IBM shows off correctable quantum computing errors

IBM shows off correctable quantum computing errors

Summary: IBM researchers will announce at the annual meeting of the American Physical Society in Boston today that they have established three new records for error correction in quantum computing.In a paper submitted on Feb 23rd for the conference, the researchers report a 95 per cent success rate with a two-qubit CNOT operation.

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TOPICS: Graphene
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IBM researchers will announce at the annual meeting of the American Physical Society in Boston today that they have established three new records for error correction in quantum computing.

In a paper submitted on Feb 23rd for the conference, the researchers report a 95 per cent success rate with a two-qubit CNOT operation. This degree of accuracy is possible, they explain, because they have managed to maintain quantum coherence in their two-qubit computer for almost 10 microseconds. Per the IBM announcement: "These numbers are on the cusp of effective error correction schemes and greatly facilitate future multi-qubit experiments".

The other presentation (paper submitted on Feb 24th) will detail experiments with a three dimensional superconducting qubit, and idea IBM says it picked up from Yale University research. The new work from the computing firm shows that such an arrangement of qubits can be persuaded to maintain their quantum states for as long 100 microseconds. This length of time actually tips things over into the range of workable error correction, the company says.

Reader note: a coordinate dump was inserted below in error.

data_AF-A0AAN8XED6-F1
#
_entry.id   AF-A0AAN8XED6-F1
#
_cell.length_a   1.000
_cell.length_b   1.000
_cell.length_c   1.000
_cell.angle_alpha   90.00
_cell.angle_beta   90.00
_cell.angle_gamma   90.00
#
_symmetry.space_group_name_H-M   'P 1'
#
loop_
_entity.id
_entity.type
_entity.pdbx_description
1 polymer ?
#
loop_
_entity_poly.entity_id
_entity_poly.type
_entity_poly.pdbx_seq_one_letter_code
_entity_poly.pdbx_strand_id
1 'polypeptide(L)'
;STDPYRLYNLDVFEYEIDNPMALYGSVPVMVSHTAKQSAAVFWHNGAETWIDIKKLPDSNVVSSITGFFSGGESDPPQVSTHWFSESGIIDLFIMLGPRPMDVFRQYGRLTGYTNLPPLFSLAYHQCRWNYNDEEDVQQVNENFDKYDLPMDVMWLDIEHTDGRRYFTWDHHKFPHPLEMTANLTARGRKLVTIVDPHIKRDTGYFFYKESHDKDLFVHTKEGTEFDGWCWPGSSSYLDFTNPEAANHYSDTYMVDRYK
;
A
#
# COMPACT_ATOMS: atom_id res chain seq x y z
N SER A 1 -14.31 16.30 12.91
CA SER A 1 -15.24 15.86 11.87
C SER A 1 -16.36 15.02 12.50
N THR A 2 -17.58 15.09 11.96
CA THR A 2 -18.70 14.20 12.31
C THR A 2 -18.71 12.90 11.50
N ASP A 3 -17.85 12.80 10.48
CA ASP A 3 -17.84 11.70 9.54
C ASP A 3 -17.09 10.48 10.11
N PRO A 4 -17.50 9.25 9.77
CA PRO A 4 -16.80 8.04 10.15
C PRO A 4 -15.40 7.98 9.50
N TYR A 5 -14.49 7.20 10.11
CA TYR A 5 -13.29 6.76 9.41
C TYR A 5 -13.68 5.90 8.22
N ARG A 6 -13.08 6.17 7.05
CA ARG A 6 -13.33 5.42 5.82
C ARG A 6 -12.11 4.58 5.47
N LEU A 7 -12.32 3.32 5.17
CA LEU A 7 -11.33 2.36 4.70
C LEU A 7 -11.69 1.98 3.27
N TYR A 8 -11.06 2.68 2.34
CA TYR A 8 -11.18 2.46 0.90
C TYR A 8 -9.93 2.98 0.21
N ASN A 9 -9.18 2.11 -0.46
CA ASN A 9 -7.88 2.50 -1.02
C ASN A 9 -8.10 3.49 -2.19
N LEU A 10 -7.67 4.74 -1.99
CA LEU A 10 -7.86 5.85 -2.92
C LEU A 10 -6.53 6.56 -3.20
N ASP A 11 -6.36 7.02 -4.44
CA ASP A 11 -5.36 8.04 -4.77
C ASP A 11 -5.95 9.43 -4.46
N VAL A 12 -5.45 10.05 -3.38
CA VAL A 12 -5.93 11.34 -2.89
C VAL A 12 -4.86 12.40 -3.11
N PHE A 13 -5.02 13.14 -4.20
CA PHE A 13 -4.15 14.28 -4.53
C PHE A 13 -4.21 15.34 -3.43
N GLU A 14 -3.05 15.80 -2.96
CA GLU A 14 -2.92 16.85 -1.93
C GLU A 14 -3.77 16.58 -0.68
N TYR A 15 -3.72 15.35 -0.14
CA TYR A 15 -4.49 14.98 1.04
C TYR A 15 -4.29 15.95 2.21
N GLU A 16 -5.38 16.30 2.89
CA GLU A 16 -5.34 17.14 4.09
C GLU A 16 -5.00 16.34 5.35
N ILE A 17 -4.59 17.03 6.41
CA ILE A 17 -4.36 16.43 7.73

Error correction is a huge part of quantum computing research, because so many things can disrupt carefully entangled qubit states: heat, magnetism, vibrations, materials defects. Any of these factors can introduce errors, which multiply quickly. But because an array of quantum states quickly decoheres – ie, loses its useful quantum mechanical properties and lapses into a simple classical state, it is hard to correct any errors that have been introduced. Extending the coherence time is key, then, to producing workable accurate quantum computers.

Topic: Graphene

Lucy Sherriff

About Lucy Sherriff

Lucy Sherriff is a journalist, science geek and general liker of all things techie and clever. In a previous life she put her physics degree to moderately good use by writing about science for that other tech website, The Register. After a bit of a break, it seemed like a good time to start blogging about weird quantum stuff for ZDNet. And so here we are.

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